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A Liberty High School student remains in the hospital after a medical incident last week.

Liberty High School student Quillen Franklin, 14, had a medical emergency at school on Nov. 20, but was saved by an AED.  An online fundraiser has collected more than $16,000 for a Liberty High School student recovering at a local hospital after he collapsed outside the school last week.

Quillen Franklin, 14, was playing basketball during the lunch hour Monday, Nov. 20, when he collapsed and went into cardiac arrest.

A Hillsboro police officer stationed at the school was able to perform CPR until paramedics arrived.

According to family members, Quillen was rushed to Providence St. Vincent Medical Center.

The boy was placed into a medically-induced coma while doctors worked to save his life. He was flown by helicopter to Randall Children's Hospital in Portland.

Do your part

An online fundraiser for Quillen Franklin has been set up on GoFundMe.com

Hillsboro Police Officer Emory Souza was supervising the school's lunch at noon Nov. 20 when he heard a young man had collapsed while playing basketball.

Souza ran to the scene and found the boy, pale on the ground.

Souza told the Tribune's news partner, KOIN 6 News, that it appeared the boy was dying before his eyes.

"He was extremely pale and not breathing very well ... What I consider his last gasps, something I never witnessed before," Souza said.

Souza began chest compressions and called for staff to get one of the school's automated external defibrillators, which can be used to re-start a stopped heart.

"I yelled, 'Get me an AED, I need an AED,'" Souza recalled.

School nurse Angelica Siminski grabbed the school's AED. Souza said he had to shock Quillen with the device.

"I never had to think, 'Am I going to remember what I learned?' It just all kicked in," Souza said.

According to Souza, he performed CPR for three or four minutes before a medical team showed up and took over. Quillen had to be shocked several more times by emergency responders on his way to St. Vincent Medical Center, according to his aunt, Megan Nissley.

In the two weeks since his collapse, the GoFundMe account has raised thousands to support Quillen and help pay his medical bills. Nissley said she started the online fundraiser as a way to help her family.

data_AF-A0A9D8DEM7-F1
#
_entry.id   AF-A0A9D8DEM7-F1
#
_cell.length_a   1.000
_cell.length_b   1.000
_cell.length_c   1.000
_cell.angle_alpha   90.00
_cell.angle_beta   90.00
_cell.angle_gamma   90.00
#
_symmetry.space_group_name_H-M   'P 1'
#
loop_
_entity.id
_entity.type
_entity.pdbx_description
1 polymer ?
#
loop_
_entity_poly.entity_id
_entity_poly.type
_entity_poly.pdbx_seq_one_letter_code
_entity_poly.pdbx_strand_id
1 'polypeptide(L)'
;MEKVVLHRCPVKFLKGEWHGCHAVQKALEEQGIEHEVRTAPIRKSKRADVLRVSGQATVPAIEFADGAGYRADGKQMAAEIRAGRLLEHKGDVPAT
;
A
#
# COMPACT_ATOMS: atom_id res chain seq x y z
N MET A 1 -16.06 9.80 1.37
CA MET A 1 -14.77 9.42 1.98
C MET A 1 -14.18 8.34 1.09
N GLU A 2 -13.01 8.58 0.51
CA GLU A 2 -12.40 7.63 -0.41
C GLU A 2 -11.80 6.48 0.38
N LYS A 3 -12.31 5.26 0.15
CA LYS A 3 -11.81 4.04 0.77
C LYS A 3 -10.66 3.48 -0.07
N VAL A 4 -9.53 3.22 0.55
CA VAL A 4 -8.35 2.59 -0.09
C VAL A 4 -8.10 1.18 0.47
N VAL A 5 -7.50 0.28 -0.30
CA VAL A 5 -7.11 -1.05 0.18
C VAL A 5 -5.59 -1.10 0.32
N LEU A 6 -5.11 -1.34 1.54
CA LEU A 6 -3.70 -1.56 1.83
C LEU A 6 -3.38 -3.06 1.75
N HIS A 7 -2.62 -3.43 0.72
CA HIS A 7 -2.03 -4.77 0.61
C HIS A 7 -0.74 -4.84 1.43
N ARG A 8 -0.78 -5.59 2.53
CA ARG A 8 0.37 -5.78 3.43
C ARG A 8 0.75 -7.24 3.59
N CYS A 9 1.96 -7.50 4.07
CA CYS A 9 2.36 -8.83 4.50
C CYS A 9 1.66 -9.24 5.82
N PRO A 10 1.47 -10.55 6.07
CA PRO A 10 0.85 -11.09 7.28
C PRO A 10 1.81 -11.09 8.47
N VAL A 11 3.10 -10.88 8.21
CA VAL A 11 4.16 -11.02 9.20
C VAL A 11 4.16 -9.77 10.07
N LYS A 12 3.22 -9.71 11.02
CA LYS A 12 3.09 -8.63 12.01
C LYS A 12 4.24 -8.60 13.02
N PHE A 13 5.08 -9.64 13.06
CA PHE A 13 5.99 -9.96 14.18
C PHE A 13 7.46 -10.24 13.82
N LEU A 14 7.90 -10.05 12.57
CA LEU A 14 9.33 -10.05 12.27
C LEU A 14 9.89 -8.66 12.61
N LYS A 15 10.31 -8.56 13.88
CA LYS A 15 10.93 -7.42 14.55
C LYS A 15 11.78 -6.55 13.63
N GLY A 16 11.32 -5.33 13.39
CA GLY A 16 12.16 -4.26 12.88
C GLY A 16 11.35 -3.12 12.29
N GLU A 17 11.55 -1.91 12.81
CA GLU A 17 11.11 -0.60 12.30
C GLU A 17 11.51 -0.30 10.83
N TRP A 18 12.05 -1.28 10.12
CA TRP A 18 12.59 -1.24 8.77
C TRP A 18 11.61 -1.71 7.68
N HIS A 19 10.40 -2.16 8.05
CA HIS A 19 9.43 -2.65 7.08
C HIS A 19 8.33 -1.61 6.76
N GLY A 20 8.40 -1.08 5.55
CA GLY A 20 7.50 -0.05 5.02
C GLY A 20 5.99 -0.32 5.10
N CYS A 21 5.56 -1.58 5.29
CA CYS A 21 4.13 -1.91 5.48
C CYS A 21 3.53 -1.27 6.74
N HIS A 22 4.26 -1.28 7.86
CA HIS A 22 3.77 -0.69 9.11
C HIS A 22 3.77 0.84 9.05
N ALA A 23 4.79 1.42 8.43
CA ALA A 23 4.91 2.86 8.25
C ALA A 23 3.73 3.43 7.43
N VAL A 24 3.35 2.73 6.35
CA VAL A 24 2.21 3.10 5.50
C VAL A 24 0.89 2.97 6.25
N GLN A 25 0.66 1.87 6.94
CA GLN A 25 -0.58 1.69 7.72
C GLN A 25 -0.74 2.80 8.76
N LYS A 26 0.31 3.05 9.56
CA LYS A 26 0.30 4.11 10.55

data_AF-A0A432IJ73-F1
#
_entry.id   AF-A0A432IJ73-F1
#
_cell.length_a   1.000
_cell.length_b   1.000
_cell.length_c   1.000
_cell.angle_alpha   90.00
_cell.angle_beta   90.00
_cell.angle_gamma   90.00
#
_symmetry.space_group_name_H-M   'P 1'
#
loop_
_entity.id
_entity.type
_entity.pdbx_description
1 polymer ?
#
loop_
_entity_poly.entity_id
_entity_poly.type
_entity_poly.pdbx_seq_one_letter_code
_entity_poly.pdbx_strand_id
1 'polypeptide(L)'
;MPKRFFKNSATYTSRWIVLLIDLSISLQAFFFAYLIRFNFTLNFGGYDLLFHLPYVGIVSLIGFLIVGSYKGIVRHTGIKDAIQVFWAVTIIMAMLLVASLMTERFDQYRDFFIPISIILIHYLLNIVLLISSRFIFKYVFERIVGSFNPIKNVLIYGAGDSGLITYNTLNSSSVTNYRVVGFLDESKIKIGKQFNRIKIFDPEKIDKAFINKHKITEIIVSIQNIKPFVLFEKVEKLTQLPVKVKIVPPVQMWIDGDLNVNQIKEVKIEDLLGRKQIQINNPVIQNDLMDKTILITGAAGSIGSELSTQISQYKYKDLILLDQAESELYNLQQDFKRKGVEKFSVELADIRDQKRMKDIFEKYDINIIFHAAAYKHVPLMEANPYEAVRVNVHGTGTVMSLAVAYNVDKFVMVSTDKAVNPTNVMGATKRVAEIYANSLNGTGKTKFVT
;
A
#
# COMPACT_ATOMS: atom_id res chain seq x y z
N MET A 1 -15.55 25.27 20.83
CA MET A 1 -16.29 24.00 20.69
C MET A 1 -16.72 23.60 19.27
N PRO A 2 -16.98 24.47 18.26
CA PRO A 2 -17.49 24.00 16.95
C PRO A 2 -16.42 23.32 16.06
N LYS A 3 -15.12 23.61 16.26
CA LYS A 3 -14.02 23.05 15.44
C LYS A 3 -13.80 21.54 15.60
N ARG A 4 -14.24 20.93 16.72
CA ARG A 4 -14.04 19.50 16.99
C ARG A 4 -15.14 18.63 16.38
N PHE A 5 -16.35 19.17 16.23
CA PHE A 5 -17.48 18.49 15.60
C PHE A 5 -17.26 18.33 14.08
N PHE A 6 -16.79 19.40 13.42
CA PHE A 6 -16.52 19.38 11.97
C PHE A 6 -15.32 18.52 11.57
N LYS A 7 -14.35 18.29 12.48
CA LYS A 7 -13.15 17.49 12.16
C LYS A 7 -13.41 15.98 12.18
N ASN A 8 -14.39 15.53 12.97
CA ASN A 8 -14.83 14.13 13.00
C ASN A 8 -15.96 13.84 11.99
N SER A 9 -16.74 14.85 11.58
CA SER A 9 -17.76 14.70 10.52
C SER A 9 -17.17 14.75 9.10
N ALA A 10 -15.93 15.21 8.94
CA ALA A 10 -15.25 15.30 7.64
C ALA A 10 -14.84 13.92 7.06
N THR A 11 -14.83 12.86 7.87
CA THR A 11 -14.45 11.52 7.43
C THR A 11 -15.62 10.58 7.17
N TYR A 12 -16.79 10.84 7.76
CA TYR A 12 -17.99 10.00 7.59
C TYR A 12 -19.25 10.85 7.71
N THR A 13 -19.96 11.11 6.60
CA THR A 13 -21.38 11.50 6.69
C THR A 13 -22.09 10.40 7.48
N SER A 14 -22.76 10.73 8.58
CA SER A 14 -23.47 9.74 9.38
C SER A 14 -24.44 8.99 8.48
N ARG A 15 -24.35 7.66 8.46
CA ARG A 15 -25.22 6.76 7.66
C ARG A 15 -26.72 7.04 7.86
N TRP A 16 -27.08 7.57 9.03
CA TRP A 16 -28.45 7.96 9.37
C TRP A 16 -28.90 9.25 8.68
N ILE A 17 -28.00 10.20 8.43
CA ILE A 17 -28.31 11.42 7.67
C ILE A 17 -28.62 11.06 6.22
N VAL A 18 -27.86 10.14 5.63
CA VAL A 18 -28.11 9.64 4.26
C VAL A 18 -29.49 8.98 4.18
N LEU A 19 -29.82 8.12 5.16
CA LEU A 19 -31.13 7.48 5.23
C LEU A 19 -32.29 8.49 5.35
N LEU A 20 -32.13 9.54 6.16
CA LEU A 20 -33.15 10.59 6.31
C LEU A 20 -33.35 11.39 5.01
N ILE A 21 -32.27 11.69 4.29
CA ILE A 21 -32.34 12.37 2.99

"His dad will be at his side the entire time," she wrote. "With time off work and no medical coverage, anything will help our family."

As of the Tribune's press deadline, the fundraiser had collected nearly $17,000. The donations have included a $2,000 donation from an anonymous benefactor, as well as $500 and $200 donations.

"His mom [and] dad have told him all about the awesome support and sweet messages he's received from friends, family, the community and everyone else around the world that has taken time to say a prayer and/or send a kind note," Nissley wrote. "Quillen still has a long road to recovery ahead. Thank you all for your continued prayers and support."

A "Quillen Tomas Franklin Donation Account" has also been set up at KeyBank.

"Quillen thanks everyone for the blessing and says he will fight his best to get healthy so he can see you all as soon as possible!" she wrote on the GoFundMe account's website.

While Souza didn't know the teen prior to Monday's incident, he said all of the kids at the school are "his kids."

"I still get a little choked up," Souza said. "These kids are my kids and I tell myself every day when I put this uniform on for the last 10 years, 'Not today, no one is going to hurt my kids today."



By Geoff Pursinger and Jennifer Dowling
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